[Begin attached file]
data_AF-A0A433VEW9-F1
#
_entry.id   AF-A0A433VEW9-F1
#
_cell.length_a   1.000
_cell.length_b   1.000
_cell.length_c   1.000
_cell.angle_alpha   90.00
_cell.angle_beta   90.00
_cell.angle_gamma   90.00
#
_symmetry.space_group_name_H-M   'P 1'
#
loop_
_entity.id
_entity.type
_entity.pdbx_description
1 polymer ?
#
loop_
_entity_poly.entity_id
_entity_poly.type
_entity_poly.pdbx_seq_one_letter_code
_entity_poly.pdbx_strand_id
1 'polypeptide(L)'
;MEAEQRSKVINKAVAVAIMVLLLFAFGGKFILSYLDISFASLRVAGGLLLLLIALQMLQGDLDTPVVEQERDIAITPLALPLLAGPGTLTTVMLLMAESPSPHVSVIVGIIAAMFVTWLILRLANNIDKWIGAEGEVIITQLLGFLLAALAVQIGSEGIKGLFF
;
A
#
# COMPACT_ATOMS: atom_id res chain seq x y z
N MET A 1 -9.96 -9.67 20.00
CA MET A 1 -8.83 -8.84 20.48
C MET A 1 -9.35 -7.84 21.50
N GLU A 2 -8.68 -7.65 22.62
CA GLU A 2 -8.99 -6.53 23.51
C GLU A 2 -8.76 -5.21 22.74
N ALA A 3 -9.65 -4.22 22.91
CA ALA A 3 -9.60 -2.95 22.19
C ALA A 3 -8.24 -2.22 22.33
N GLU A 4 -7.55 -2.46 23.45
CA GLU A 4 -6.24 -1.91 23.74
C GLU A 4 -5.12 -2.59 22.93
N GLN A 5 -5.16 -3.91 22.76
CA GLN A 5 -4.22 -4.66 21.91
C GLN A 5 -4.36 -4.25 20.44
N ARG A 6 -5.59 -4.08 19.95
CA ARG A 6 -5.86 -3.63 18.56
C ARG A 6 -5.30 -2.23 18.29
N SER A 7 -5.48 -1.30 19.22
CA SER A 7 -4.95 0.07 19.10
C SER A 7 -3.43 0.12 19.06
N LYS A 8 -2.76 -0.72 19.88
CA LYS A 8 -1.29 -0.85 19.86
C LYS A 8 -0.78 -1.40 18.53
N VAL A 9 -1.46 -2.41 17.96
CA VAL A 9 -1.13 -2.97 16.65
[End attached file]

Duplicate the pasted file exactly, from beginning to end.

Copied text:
data_AF-A0A433VEW9-F1
#
_entry.id   AF-A0A433VEW9-F1
#
_cell.length_a   1.000
_cell.length_b   1.000
_cell.length_c   1.000
_cell.angle_alpha   90.00
_cell.angle_beta   90.00
_cell.angle_gamma   90.00
#
_symmetry.space_group_name_H-M   'P 1'
#
loop_
_entity.id
_entity.type
_entity.pdbx_description
1 polymer ?
#
loop_
_entity_poly.entity_id
_entity_poly.type
_entity_poly.pdbx_seq_one_letter_code
_entity_poly.pdbx_strand_id
1 'polypeptide(L)'
;MEAEQRSKVINKAVAVAIMVLLLFAFGGKFILSYLDISFASLRVAGGLLLLLIALQMLQGDLDTPVVEQERDIAITPLALPLLAGPGTLTTVMLLMAESPSPHVSVIVGIIAAMFVTWLILRLANNIDKWIGAEGEVIITQLLGFLLAALAVQIGSEGIKGLFF
;
A
#
# COMPACT_ATOMS: atom_id res chain seq x y z
N MET A 1 -9.96 -9.67 20.00
CA MET A 1 -8.83 -8.84 20.48
C MET A 1 -9.35 -7.84 21.50
N GLU A 2 -8.68 -7.65 22.62
CA GLU A 2 -8.99 -6.53 23.51
C GLU A 2 -8.76 -5.21 22.74
N ALA A 3 -9.65 -4.22 22.91
CA ALA A 3 -9.60 -2.95 22.19
C ALA A 3 -8.24 -2.22 22.33
N GLU A 4 -7.55 -2.46 23.45
CA GLU A 4 -6.24 -1.91 23.74
C GLU A 4 -5.12 -2.59 22.93
N GLN A 5 -5.16 -3.91 22.76
CA GLN A 5 -4.22 -4.66 21.91
C GLN A 5 -4.36 -4.25 20.44
N ARG A 6 -5.59 -4.08 19.95
CA ARG A 6 -5.86 -3.63 18.56
C ARG A 6 -5.30 -2.23 18.29
N SER A 7 -5.48 -1.30 19.22
CA SER A 7 -4.95 0.07 19.10
C SER A 7 -3.43 0.12 19.06
N LYS A 8 -2.76 -0.72 19.88
CA LYS A 8 -1.29 -0.85 19.86
C LYS A 8 -0.78 -1.40 18.53
N VAL A 9 -1.46 -2.41 17.96
CA VAL A 9 -1.13 -2.97 16.65